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2013 CHEVROLET Impala LS 220 FI MPG= 28.6 Hwy PDF Print E-mail
Written by Double Dragon
Tuesday, 30 September 2014 16:17

2013 CHEVROLET Impala LS 220 FI MPG= 28.6 Hwy

oneownercollectorcar.com

Writing copyright D. S. Brown. Photography and gas logs courtesy and copyright William Nawrot.

2013 Chev Impala bill gas log

2013 Chevrolet Impala MPG when new= EPA 18 MPG City/ 30 MPG Hwy

The Chevrolet Impala debut in 1958 as a top trim level on the full size Bel Air proved popular enough to warrant a separate model line starting in 1959. During the 1960s the Impala ranged from 6 cylinder economy versions all the way up to the famous 409 SS cars. The 1959 to 1964 Chevrolet Impala was built on a 119 inch wheelbase and remained within fractions of 210 inches long during these years. V8 equipped Impalas weighed about 3,600 to 3,800 pounds curb. MOTOR TREND got 10.7 MPG out of an Impala from this period.

Impala became the best selling family car of the 1960s by provided good looking comfortable large family transportation at a decent price.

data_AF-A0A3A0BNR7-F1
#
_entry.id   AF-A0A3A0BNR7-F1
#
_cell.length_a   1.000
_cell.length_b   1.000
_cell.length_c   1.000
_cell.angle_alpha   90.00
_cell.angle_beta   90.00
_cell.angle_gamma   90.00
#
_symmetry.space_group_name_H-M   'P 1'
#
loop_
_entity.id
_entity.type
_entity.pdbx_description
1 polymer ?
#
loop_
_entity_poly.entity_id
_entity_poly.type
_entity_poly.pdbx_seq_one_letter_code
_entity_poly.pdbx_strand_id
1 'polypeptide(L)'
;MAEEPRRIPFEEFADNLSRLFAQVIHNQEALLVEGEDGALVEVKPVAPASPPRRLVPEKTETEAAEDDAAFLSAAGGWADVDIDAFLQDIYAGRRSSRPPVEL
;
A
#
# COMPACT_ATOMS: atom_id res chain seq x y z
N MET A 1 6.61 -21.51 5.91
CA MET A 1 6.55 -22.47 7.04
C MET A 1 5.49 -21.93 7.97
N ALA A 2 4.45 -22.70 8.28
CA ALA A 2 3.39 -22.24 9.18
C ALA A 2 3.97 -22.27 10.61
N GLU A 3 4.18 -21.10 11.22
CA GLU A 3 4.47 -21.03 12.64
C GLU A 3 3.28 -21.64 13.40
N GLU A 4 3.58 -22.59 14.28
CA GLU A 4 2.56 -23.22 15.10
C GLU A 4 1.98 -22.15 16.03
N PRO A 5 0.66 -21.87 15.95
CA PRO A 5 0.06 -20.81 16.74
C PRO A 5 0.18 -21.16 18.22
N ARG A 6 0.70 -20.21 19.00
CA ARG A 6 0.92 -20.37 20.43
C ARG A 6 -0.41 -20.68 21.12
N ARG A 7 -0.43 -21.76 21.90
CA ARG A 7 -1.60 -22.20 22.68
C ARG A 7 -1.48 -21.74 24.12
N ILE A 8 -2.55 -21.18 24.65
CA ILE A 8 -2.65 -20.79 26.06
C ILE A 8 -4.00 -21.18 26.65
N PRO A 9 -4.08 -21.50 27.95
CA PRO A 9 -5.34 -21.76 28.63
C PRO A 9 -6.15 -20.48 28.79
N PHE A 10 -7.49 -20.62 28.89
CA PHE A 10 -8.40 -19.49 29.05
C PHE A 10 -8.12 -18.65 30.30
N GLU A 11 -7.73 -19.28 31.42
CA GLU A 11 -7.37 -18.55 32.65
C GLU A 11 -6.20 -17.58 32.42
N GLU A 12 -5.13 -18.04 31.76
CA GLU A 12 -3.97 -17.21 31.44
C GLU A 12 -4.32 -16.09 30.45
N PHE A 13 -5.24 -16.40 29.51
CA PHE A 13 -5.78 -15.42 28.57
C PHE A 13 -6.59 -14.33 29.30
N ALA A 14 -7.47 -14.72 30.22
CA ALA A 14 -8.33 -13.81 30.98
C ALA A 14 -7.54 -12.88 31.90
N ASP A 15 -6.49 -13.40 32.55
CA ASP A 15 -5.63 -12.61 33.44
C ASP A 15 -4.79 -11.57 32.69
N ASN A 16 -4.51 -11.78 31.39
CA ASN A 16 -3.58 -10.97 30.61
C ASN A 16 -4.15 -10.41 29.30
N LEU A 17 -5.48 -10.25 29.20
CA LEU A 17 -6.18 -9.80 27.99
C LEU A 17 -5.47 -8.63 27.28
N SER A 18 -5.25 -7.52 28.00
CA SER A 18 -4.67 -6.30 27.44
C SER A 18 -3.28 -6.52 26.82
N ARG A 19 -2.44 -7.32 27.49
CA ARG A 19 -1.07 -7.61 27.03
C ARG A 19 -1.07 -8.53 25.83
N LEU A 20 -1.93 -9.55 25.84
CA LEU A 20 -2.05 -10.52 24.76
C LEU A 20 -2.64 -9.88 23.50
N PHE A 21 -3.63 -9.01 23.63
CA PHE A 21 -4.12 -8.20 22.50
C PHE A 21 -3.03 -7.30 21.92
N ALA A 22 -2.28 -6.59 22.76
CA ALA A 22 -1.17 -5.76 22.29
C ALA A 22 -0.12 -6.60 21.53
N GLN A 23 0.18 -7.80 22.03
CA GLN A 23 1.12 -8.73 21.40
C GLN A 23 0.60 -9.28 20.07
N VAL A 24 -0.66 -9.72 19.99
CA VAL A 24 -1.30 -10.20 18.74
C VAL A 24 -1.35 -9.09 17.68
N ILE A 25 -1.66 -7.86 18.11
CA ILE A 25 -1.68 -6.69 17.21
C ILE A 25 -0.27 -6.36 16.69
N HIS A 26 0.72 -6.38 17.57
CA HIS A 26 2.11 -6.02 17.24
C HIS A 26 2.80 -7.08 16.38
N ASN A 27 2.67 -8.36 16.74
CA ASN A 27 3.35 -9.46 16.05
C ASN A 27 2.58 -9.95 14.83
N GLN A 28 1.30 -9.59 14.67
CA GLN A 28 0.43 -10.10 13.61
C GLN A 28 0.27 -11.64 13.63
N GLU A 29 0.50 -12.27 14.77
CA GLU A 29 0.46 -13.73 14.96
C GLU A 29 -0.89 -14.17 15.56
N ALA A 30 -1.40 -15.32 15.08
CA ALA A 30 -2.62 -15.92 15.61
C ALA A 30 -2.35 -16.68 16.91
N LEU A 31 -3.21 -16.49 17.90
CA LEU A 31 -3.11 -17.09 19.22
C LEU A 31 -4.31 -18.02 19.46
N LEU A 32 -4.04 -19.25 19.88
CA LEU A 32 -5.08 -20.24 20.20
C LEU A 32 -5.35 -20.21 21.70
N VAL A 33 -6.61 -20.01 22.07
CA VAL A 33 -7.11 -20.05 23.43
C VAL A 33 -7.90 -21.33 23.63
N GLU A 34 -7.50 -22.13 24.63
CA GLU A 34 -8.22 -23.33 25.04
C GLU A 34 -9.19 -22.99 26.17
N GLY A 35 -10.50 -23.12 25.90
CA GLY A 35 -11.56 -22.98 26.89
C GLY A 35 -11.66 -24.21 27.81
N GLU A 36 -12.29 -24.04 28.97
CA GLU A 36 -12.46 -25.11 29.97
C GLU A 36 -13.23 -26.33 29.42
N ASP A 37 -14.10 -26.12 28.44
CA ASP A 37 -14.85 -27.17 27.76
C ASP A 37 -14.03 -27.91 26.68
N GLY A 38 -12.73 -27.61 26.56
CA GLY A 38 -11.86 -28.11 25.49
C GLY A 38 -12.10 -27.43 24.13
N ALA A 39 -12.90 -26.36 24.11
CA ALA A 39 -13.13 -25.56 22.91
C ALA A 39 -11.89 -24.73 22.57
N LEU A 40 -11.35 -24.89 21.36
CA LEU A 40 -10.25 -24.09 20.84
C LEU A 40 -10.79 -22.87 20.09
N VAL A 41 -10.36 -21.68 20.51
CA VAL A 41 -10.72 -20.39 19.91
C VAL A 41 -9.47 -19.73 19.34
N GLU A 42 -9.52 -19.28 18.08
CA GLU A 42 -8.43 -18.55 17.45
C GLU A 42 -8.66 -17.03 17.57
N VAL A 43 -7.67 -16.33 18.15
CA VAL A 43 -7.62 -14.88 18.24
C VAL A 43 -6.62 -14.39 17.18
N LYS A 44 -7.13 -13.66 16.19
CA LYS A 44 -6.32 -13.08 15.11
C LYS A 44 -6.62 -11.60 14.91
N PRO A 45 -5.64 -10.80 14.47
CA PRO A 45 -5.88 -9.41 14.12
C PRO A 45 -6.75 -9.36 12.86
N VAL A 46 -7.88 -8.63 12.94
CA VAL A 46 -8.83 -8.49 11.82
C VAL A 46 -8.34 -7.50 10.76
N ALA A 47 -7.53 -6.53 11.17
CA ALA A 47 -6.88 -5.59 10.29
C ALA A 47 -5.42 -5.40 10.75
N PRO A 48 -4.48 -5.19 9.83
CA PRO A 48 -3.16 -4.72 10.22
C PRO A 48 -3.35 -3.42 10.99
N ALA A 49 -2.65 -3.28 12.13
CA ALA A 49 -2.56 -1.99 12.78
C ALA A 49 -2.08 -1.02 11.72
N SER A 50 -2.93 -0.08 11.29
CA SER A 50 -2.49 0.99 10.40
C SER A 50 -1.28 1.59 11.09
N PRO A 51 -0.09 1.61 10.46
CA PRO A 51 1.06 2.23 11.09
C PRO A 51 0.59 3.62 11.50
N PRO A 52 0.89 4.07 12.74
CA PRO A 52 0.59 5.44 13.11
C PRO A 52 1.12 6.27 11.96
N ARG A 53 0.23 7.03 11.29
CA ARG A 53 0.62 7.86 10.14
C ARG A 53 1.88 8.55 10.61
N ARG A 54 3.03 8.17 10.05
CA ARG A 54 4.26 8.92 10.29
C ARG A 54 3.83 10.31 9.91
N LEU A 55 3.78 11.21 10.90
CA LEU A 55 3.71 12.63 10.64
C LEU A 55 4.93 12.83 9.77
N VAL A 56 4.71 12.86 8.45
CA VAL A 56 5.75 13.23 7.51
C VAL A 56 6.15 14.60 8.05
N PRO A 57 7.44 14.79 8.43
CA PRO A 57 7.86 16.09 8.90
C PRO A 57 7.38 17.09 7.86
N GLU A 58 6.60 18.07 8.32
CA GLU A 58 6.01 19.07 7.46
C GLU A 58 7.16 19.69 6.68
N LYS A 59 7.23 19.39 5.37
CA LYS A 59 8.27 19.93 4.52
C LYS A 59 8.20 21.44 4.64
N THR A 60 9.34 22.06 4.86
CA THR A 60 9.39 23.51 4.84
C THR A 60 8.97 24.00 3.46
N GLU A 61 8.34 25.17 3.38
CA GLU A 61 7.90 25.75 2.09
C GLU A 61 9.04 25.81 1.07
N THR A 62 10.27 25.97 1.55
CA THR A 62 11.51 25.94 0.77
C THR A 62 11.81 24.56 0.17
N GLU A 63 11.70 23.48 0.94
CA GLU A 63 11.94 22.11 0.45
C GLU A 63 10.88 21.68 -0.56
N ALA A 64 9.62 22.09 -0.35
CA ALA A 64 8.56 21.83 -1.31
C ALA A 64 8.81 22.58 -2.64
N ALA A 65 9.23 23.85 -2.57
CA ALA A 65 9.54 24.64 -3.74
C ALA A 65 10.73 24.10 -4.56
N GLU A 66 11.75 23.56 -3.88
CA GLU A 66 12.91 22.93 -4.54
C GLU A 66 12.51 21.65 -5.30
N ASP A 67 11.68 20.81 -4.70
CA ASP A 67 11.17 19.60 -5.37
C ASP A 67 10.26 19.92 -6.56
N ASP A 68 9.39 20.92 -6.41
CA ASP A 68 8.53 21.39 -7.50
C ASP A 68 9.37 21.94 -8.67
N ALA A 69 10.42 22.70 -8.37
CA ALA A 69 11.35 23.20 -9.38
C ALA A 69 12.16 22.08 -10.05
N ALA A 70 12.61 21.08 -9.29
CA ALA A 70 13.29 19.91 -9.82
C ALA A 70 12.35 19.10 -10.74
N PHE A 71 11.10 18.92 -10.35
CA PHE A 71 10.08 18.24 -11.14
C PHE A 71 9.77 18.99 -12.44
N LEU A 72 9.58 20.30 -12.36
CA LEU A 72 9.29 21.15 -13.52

Impala received a terrific looking redesign for 1965 which pushed sales of the Impala over 1 million cars. That record was accomplished despite diffusion of the sales numbers due to the Caprice being counted separately. General Motors' popular 'coke bottle' Corvette styling worked so well on the 1966 intermediates that GM applied the style to the full size cars in 1967 and 1968. The Impala still provided utility but did so with exciting lines. When the great looking Chrysler 'fuselage' cars appeared the 1969 Impala kept pace with a loop bumper and slab sides emphasizing e long low wide look.

The 1970 Impala was in its 6th model year. Almost all quirks had been eliminated from the platform and many believe this is one of the best built Chevies of all time. The Impala wasn't entirely perfect: it was subject to failed engine mounts and needed a retaining wire added in a recall. Any Impala that has received this fix is virtually bulletproof. See a 1970 Impala daily driver with over 300,000 miles in the 20 YEARS PLUS section of the CAR STORIES on this website.